Mosquito bites are more serious than most people know

Barbara Hootman

It’s mosquito season again, and the Buncombe County Department of Health and Human Services has advised area campgrounds about how to lessen the possibility of mosquito bites.

“We shared the information with area camps in the desire to create a shield of protection for our campers and to educate and inform everyone about how to prevent mosquito-borne illnesses,” said Sue Ellen Morrison, the department’s disease control lead nurse.

“The most important point,” she said, “is to avoid a mosquito breeding ground in your community by ‘tipping and tossing’ standing water because mosquitoes need only a cap full of water to breed. They also do not travel far from their breeding areas, so it is important to remove standing water from around homes and in communities.”

Mosquito bites are not only a nuisance, but they are a health hazard. They are a public enemy in spreading infectious diseases, causing millions of deaths worldwide yearly.

“Of all disease-transmitting insects, the mosquito is the greatest menace of all,” the World Health Organization states on its website. “It earned the label by its ability to spread deadly diseases through its bite.”

The buzz of mosquito wings can bring even a sound sleeper to attention in his bedroom. Mosquitos can ruin a backyard cookout far quicker than armies of ants.

Although there are more than 3,000 mosquito species, there are only three that cause the spread of human diseases. Anopheles mosquitoes carry malaria and can transmit encephalitis. The Culex mosquitoes carry encephalitis and the West Nile virus. The Aedes mosquitoes, of which the Asian tiger is a member, carries yellow fever, dengue, and encephalitis — all infectious diseases that can kill humans.

La Cross Encephalitis is the most commonly diagnosed mosquito disease in North and South Carolina.

Mosquitoes find their victims by detecting exhaled carbon dioxide, body odors, temperature and movement. The females are out for blood — only they have the mouth parts necessary for sucking blood. They use the blood as a source of protein for their eggs.

The cloud of mosquitoes that you find in vegetable and flower gardens has one benefit. They feed birds, bats, dragonflies and frogs. Usually mosquitoes prefer horses, cattle, birds and dogs to humans. When sucking blood from a human, they prefer some victims more than others. Men are bitten more often than women; the overweight and those with type O blood are prime choices.

Preventing mosquito bites makes more sense than trying to treat them.

Symptoms of bites include soft bumps on the skin that develop into pink, red and itchy ones. Symptoms may not be immediate and can occur up to 48 hours after the bite. According to the American Academy of Allergy, Asthma and Immunology, contact with a mosquito must be six seconds or longer to produce a reaction. The insects are master dodgers of quick slaps.

Dr. Brad Rachman at The Rachman Clinic in Black Mountain recommends using natural mosquito repellant to protect against bites.

“Mosquitoes can be hosts to a number of serious blood-borne organisms, some of them deadly,” he said. “Initial symptoms sometimes mimic a simple viral infection and can include headaches, fever, nausea, vomiting and weakness. Adequate protection for adults and especially children is necessary when traveling into heavily wooded areas and those containing stagnant water sources.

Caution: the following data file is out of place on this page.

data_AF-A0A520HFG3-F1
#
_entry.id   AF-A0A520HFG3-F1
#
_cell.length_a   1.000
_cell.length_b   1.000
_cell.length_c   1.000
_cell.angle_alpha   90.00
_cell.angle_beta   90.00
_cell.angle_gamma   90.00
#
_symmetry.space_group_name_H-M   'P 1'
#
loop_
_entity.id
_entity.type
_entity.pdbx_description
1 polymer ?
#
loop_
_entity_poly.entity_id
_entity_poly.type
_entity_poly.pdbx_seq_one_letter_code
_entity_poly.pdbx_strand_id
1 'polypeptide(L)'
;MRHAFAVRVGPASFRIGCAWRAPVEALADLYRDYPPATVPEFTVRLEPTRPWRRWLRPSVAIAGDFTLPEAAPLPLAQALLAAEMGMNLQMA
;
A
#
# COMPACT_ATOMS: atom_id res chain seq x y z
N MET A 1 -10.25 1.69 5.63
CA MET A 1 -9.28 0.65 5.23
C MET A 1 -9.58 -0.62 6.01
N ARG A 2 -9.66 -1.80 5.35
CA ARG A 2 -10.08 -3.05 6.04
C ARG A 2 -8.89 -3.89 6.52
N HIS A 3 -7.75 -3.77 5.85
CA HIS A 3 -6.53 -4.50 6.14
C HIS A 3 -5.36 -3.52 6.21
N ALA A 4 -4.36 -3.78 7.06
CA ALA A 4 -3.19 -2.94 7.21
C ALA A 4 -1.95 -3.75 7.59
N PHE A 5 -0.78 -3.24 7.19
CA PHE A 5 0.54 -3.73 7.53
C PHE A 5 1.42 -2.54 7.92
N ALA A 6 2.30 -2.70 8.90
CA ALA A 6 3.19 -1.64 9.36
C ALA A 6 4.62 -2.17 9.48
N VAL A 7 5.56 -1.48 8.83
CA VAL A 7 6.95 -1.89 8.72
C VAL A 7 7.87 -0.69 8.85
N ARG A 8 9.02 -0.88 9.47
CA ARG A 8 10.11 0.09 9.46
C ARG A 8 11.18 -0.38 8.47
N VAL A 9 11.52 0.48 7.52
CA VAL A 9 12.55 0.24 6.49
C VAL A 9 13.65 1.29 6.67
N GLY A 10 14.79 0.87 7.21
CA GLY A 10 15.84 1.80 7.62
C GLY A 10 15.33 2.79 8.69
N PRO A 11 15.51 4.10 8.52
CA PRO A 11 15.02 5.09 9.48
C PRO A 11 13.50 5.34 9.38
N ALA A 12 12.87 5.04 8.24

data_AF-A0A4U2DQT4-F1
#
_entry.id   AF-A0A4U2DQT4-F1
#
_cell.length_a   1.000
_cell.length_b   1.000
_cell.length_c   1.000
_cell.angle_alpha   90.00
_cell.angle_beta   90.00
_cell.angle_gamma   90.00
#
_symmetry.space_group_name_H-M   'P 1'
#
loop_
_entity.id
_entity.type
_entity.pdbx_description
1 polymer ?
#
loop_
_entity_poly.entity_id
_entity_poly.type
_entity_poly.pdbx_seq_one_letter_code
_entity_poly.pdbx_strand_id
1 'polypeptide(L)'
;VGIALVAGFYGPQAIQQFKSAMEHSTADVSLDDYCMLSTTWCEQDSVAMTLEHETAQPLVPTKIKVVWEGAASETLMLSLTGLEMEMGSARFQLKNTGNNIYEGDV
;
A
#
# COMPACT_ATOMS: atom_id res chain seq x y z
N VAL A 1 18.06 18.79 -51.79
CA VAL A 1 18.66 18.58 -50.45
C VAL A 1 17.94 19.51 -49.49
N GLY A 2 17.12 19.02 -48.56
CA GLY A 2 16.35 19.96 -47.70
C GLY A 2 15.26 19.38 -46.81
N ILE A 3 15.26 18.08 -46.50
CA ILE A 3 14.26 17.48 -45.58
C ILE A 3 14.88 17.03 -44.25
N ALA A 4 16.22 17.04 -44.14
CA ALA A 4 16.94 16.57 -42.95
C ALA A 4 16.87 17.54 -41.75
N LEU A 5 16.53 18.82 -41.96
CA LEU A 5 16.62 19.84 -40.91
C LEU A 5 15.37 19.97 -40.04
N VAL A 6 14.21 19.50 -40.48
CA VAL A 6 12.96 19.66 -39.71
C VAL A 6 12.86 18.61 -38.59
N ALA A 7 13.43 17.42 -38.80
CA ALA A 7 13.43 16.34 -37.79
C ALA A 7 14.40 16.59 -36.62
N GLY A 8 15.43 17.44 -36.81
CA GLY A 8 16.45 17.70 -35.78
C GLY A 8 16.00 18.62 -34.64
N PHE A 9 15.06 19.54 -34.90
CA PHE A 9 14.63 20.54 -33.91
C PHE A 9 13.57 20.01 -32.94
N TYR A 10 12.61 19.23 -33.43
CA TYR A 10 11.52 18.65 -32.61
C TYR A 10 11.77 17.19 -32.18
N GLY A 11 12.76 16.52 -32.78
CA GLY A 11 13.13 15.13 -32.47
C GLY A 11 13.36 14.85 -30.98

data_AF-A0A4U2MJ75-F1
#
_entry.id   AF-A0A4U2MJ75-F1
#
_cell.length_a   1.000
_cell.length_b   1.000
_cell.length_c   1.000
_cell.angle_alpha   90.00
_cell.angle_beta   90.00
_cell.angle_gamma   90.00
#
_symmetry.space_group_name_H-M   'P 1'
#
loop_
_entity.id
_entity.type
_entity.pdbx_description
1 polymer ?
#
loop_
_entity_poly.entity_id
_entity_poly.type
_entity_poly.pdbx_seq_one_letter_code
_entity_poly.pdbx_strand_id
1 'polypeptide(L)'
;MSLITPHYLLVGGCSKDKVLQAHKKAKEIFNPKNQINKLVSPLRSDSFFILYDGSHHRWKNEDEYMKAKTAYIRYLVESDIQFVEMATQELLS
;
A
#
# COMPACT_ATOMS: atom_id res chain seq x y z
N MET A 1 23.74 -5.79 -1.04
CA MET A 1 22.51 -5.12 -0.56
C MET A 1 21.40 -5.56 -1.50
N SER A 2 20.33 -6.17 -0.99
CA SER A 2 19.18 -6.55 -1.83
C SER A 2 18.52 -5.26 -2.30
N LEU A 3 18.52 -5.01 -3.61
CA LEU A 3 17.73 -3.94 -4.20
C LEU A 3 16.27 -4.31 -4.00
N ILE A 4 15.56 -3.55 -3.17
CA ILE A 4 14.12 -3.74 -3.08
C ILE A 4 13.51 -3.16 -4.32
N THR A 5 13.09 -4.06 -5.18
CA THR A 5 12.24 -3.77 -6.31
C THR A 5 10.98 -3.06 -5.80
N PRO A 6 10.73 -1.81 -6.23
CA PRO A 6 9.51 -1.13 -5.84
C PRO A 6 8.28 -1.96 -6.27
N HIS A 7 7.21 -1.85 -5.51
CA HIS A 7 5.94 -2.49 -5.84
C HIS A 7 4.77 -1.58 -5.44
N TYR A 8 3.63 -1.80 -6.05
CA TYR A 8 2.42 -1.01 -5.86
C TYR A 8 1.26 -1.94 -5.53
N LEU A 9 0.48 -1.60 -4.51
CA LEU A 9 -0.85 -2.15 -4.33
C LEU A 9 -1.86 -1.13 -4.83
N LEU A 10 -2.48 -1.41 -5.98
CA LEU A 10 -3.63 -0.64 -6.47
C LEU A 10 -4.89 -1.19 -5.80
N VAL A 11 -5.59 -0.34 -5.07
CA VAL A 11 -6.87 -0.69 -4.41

“Chemical-based repellents, especially DEET, are very effective. However many parents are rightfully concerned about using these powerful synthetics on their child’s skin. Botanical-based repellents such as eucalyptus and tea tree oil can offer similar protection without the toxicity, providing they are reapplied frequently.”

Lu Ann Wilks uses only natural insect repellents on her 16-month-old granddaughter Savannah’s skin.

“My daughter, Savannah’s mother, prefers to use only natural insect repellent, because the chemical-based ones can cause brain and central nervous system damage in some young children,” Wilks said. “Savannah is so young that we want to be as safe as we can be and still keep the mosquitoes from biting her as much as possible.”

The Buncombe County health department recommends five steps that everyone should take to prevent mosquito bites.

Use repellent. When outside, use insect repellant containing DEET, picaridin, IR3535 or oil of lemon eucalyptus on exposed skin as well as on clothing (mosquitoes can bite through thin cloth). Perimethrin is a repellent-insecticide that can be applied to clothing and will provide excellent protection through multiple washes. You can treat the clothes yourself, or buy pre-treated clothes. Apply other repellent to exposed skin.

Wear protective clothing. When weather permits wear long sleeves, pants, and socks.

Avoid peak biting hours between dawn and dusk. Avoid outdoor activity when mosquitoes are active.

Install and repair screens. Have secure, intact screens on windows and doors.

Prevent mosquitoes from laying eggs close to your house. They lay eggs in a small amount of water. Destroy mosquito breeding areas by emptying standing water from flower pots, tree holes, buckets, barrels and tires. Change the water in pet dishes and replace the water in bird baths frequently. Drill holes in tire swings allowing water to drain. Empty childrens’ wading pools and store on sides after use.

Remember — “tip and toss” standing water to prevent mosquitoes from breeding close to you.